Although it may not seem like it now, divorce is an opportunity to take control of your finances and achieve financial independence as quickly as possible. The sooner you put your money house in order after divorce, the sooner you can start afresh with a clean financial slate. Here are some strategies on what to do after divorce financially so that you can thrive even in this difficult time in your life.
Decide what you want from the divorce
Even if you’re not happy about getting divorced, it’s a positive step forward. After all, staying in an unhappy marriage is unhealthy and unbeneficial for both partners. You don’t want to continue feeling trapped and resentful toward your partner forever. Even though divorce is not the ideal outcome, it opens the door to a fresh start.
Decide what you want from divorce before you start the process. What is your ideal outcome? What do you want your new life to look like? What are your priorities? Why do you want a divorce? What do you hope to gain from it? What do you want your life to look like afterwards?
Evaluate your current financial situation
Take a good look at your financial situation. The last thing you want to do is bury your head in the sand and pretend everything is fine. Is your marriage in financial trouble? Do you have any savings? How much debt do you have? What are your earning prospects? How much does your monthly income cover your monthly expenses? What are your long-term financial strategies?
Moreover, one of the most important things to do after a divorce is to check whether you are, or will be, financially healthy. To do this, you have to face all of your financial mishaps and difficulties. If you have a lot of debts, you have to tackle them head-on and focus on getting back on good financial footing. If you’ve analyzed your financial situation and find that you’re struggling to make ends meet, contact a licensed insolvency trustee as soon as you can.
Check your credit report and score
Your credit report and score have direct implications on your ability to get approved for loans, mortgages, and even jobs. This makes it crucial to check it before your divorce and divorce proceedings start. The divorce process can be time-consuming, draining, and stressful. Having a clean credit report will make it easier to secure new loans, mortgages, and other types of credit.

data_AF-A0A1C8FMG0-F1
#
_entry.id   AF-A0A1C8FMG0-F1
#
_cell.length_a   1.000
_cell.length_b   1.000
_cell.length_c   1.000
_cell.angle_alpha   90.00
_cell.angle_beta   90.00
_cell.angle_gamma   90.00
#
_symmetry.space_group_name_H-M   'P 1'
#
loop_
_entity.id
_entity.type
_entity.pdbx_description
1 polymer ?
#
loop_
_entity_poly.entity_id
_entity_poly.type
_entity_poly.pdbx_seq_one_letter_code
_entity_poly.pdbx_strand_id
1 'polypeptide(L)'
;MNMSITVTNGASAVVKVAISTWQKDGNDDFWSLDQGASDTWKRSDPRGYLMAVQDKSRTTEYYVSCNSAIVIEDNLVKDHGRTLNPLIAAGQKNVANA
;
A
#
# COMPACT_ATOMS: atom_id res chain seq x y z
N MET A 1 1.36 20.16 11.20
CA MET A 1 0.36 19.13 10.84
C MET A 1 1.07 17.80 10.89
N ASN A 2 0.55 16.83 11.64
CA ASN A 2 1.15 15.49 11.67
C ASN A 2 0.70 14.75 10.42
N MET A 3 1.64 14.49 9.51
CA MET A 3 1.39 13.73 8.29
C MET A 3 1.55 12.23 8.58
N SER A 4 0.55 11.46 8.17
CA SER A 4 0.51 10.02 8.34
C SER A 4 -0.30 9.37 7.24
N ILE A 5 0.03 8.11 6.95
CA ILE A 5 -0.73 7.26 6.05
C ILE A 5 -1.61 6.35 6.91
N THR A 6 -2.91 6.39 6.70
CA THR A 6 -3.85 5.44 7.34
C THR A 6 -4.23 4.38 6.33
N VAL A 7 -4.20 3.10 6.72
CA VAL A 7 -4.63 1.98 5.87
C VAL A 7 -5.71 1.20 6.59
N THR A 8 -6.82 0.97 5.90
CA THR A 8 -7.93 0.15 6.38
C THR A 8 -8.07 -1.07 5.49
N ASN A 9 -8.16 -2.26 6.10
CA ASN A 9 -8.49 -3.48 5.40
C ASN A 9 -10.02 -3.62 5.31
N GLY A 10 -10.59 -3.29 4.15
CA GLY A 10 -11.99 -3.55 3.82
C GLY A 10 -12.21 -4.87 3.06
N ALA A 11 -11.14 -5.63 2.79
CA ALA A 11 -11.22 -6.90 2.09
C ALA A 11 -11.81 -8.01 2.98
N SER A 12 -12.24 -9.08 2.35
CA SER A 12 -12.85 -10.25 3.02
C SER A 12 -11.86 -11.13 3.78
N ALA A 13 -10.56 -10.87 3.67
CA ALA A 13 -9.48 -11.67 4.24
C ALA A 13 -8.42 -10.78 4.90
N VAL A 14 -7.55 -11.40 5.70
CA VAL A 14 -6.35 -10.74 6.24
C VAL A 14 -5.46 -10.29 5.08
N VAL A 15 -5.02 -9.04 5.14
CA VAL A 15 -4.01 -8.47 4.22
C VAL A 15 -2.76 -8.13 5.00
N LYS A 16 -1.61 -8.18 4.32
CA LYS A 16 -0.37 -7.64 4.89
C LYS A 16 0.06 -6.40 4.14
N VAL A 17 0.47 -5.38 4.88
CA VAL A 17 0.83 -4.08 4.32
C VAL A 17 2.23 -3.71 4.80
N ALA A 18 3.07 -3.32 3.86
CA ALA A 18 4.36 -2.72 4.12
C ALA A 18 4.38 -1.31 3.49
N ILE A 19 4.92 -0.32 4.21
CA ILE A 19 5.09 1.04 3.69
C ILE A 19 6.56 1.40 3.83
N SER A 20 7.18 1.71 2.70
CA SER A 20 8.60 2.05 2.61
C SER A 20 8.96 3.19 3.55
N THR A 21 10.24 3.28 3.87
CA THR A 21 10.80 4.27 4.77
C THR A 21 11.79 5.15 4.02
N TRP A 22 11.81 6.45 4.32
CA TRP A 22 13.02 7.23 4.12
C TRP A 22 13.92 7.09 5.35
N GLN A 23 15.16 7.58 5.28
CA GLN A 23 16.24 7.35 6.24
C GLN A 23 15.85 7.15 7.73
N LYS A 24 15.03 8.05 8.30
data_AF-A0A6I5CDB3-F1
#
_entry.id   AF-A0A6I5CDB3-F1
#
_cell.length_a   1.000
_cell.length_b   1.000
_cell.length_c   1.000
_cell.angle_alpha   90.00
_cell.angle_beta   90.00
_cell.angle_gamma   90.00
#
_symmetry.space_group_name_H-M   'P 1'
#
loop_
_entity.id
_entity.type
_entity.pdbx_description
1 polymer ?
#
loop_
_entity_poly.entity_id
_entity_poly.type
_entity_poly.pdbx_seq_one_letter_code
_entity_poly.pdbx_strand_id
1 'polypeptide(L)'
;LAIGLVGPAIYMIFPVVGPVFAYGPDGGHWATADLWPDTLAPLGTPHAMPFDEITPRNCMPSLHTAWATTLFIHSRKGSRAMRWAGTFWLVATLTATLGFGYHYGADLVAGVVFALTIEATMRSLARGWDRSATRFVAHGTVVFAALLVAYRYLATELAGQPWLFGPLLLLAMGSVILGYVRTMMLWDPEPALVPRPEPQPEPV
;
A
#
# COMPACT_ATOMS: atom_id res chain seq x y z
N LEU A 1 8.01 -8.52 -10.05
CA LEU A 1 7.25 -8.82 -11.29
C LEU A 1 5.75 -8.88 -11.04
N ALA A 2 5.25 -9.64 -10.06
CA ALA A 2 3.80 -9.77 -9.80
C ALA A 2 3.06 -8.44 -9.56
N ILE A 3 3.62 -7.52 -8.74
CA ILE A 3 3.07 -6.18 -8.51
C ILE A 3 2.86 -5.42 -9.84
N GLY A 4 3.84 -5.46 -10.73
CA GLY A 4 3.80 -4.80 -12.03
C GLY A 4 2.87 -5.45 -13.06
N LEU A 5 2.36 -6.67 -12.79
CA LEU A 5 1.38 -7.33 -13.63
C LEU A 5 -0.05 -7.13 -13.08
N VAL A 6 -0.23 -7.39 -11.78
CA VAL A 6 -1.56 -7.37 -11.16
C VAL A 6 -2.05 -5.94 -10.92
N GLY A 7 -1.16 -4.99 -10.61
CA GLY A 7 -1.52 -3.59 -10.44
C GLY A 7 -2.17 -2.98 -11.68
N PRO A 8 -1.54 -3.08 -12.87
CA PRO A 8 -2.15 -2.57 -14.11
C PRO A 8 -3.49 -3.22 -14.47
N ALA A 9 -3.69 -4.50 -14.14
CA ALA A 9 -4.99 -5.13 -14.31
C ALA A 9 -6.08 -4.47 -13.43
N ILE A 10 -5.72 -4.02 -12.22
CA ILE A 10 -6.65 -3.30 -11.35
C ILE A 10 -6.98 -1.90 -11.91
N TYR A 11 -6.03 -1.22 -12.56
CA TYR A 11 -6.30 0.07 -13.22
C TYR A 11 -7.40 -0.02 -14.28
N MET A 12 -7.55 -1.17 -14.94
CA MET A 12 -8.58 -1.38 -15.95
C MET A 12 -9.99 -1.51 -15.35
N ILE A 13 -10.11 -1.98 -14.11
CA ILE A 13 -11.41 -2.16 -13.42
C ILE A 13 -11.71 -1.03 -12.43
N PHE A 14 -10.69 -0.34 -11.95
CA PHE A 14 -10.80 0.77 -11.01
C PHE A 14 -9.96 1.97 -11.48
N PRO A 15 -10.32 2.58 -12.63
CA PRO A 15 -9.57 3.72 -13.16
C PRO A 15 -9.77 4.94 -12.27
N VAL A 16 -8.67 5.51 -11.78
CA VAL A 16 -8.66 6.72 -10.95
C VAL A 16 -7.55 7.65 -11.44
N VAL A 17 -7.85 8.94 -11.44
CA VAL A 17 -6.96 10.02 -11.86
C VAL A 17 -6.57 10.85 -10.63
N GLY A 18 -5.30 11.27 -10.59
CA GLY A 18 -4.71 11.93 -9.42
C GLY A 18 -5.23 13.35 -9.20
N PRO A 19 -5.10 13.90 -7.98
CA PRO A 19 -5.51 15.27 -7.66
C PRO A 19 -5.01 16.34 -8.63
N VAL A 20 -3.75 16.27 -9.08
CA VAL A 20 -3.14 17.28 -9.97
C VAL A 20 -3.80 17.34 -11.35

Your ex-spouse’s credit report will impact your credit score. Keep your eyes out for potential red flags like missed payments or a sudden drop in your score. If you were a stay-at-home parent and your partner was terrible at keeping up with payments, you might find yourself in a dire financial situation after the divorce. According to Borrowell, the average Canadian credit score stands at 672 — so aim to keep it at or above this number.
Diversify your portfolio and create an emergency fund
Diversification involves spreading all of your investments across different financial channels like stocks, bonds, and cash. It’s a way for you to limit losses in case a big event happens. If all of your investments are in stocks, should the market collapse, you could lose all of it. Divorce is a financial disaster waiting to happen. The best way to avoid this is to create a diversified investment portfolio and set up an emergency fund. What are your current investment strategies? Are you diversified?
On the other hand, an emergency fund is a way for you to protect yourself against unexpected expenses. Should something happen, you’ll have a financial cushion and won’t have to adjust your budget or empty your wallet. What is the state of your emergency fund? Do you have enough money to cover three to six months of living expenses? What are your post-divorce financial goals? How much do you want to earn? How much do you want to save? How can you achieve these goals? What steps can you take to reach your goals?
Create a budget
A budget is the foundation of every financial plan. It’s an easy way to track all of your expenses and set savings goals. You don’t have to wait until the divorce is final to create a budget. In fact, it’s a good idea to create one even before you get married.
To create a budget, start by tracking your monthly income. Note down where your money is coming from, such as a salary, freelance work, and investment income. Next, list all of your monthly expenses, such as rent, utilities, and car payments. You have to include all expenses — variable, fixed, and periodic. Finally, after seeing how much of your income is left after your expenses, create a savings plan.
If you don’t have much income left after your expenses, or if you’re falling deeper into debt, contact a Licensed Insolvency Trustee. A trustee will analyze your financial situation and direct you toward the best solution.
Divorce is a difficult and emotional process. It can be stressful and strenuous for both parties involved. For partners who are going through a divorce, it can be confusing financially, particularly if you and your spouse have not discussed your finances. After a divorce, you need to take control of your finances to ensure you can live your best life. By implementing these tips, you can do just that.